Why the stories Africa tells itself are key to its future

Why the stories Africa tells itself are key to its future

Africa must come up with its own narrative, lest it be condemned to being a bit player in someone else’s story.

‘China narratives in Western liberal democracies are not mainstream in the rest of the world.’ This is one of the takeaways from a new report by the Berlin-based Mercator Institute for China Studies (Merics). Drawing on researchers in eight developing countries, the report tried to educate its readers in Europe about something many of them may never have considered: that China is actually pretty popular across the Global South. 

My first reaction when I saw this conclusion was: ‘Yah think?’ Those who’ve followed African perceptions about China via polling outfits like Afrobarometer have long known that China and the United States both enjoy relatively high, and strikingly similar, approval ratings in many African countries. 

China and the United States both enjoy relatively high, and strikingly similar, approval ratings in many African countries

These findings sit uncomfortably with views coming from both Beijing and Western capitals. Our current polarised geopolitical moment rewards competition narratives and punishes nuance. Pundits on both sides benefit by presenting the two as complete opposites. 

But from my perspective in Johannesburg, there are striking similarities. Both sides present themselves as paragons of 21st century development and modernity, despite being powered by a dependence on hydrocarbons straight out of the 19th century. Both balance globe-circling ambitions with a narrow domestic political focus that ends at the borders of the nation state. This means both sides’ rhetoric of aiding universal development needs some salt. And of course, despite both rejecting the language of ‘choosing sides’, they’d dearly like the Global South to choose sides – preferably theirs. 

Despite both the US and China rejecting the language of ‘choosing sides’, they’d dearly like the Global South to choose sides – preferably theirs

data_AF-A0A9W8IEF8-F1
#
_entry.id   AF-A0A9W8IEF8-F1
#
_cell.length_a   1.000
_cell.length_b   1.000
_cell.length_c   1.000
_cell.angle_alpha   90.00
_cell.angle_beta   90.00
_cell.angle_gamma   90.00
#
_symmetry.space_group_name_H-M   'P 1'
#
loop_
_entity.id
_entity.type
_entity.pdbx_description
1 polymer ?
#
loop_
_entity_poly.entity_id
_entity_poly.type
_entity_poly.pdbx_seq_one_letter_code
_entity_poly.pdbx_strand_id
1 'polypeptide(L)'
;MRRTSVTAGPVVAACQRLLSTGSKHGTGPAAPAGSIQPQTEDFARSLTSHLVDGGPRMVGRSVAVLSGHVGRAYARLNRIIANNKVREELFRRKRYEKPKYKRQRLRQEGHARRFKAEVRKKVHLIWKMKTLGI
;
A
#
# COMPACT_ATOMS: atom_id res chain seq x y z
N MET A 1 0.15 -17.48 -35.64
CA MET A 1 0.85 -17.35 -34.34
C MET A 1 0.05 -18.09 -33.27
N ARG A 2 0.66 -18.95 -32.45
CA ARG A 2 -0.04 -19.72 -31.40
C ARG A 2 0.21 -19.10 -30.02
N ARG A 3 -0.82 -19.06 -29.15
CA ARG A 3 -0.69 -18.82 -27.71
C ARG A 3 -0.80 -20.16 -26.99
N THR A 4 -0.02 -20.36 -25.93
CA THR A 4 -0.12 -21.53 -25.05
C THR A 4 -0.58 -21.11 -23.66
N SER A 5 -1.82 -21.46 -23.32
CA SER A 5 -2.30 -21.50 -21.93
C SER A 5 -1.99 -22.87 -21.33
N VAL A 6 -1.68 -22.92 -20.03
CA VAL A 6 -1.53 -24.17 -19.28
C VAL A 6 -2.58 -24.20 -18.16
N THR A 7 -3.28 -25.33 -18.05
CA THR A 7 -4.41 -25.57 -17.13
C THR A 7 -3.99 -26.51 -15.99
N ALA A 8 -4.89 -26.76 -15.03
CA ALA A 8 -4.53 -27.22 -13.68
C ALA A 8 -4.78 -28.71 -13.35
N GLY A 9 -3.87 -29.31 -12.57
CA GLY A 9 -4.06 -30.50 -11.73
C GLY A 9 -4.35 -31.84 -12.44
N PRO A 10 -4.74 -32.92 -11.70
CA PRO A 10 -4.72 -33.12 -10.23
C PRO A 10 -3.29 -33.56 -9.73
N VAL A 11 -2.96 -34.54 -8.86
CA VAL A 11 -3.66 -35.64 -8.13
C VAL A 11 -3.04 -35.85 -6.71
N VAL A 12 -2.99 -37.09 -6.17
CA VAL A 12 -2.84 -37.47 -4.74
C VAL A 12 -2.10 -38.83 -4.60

Africa can gain from playing the sides off each other. But to do that, it needs to decide what it wants, and what both sides can offer. To my mind, this is more urgent in relation to China. 

This is because Western power is already well known in Africa, and its ability to offer incentives could be plateauing. Western power is emerging from a golden age of low interest rates, and low consumer prices and inflation, partly due to China’s long reign as a low-wage manufacturer. That window is now closing. Western powers didn’t use this opportunity to transition to more sustainable energy solutions, even as their middle class was hollowed out by offshoring and financialisation. 

Western power is already well known in Africa, and its ability to offer incentives could be plateauing

The result is staring politicians like United Kingdom Prime Minister Liz Truss in the face: sky-high energy prices due to the Ukraine crisis melding with a rapidly escalating climate crisis, and a squeezed and resentful electorate. No matter the rhetoric, selling Africa-focused infrastructure initiatives like the G7’s Partnership for Global Infrastructure and Investment to voters in this climate will be tough. Western powers may well still emerge as the game-changing infrastructure-funding development partners promised in these initiatives, but probably not soon.